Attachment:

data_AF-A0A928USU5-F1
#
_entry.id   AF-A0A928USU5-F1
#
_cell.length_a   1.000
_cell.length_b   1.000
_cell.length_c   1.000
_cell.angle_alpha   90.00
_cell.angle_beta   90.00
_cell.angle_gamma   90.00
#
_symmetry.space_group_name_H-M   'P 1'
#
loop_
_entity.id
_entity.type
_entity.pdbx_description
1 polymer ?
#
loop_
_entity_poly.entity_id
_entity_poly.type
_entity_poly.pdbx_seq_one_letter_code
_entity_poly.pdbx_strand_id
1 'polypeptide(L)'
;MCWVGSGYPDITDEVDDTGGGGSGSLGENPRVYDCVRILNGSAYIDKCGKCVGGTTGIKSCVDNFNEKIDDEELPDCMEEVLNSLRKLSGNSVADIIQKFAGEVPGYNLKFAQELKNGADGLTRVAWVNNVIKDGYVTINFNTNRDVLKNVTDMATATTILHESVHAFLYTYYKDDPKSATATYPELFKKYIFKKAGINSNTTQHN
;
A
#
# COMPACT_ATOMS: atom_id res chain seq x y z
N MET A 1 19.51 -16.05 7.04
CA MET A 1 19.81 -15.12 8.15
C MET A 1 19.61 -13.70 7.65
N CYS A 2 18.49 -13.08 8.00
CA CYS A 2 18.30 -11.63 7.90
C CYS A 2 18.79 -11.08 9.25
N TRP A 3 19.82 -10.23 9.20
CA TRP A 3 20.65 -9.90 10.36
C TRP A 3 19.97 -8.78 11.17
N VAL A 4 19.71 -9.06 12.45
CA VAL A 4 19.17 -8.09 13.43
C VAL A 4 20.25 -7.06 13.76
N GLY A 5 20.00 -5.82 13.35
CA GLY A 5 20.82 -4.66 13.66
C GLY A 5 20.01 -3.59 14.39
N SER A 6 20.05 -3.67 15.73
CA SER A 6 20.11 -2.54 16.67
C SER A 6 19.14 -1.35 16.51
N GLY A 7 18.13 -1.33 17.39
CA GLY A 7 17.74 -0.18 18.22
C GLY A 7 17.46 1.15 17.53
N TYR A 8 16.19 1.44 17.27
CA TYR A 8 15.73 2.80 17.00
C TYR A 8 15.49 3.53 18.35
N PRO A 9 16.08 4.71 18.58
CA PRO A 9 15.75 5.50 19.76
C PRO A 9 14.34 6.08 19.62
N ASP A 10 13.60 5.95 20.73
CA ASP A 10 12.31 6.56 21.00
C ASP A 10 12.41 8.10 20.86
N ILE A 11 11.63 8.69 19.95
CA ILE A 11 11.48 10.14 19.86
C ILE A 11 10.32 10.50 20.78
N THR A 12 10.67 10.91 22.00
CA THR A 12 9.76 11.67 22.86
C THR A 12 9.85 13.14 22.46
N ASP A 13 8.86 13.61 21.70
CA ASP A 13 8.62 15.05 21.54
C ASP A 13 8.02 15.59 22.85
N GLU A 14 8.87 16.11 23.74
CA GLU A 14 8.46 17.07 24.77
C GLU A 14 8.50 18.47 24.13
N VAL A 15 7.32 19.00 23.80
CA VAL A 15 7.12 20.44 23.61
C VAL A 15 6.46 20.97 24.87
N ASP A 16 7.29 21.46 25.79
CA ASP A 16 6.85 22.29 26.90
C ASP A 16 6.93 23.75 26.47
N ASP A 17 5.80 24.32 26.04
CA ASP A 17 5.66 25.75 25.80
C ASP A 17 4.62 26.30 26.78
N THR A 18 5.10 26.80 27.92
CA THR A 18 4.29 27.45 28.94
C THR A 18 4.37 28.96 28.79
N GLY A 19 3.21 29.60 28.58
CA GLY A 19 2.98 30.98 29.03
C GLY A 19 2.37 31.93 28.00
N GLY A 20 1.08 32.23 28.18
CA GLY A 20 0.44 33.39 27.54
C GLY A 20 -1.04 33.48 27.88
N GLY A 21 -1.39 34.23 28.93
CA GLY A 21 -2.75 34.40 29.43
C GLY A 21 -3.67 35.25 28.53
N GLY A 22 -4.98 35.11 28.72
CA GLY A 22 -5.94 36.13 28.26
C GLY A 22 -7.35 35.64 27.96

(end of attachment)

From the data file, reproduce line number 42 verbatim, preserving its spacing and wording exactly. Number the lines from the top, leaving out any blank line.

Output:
C VAL A 4 20.25 -7.06 13.76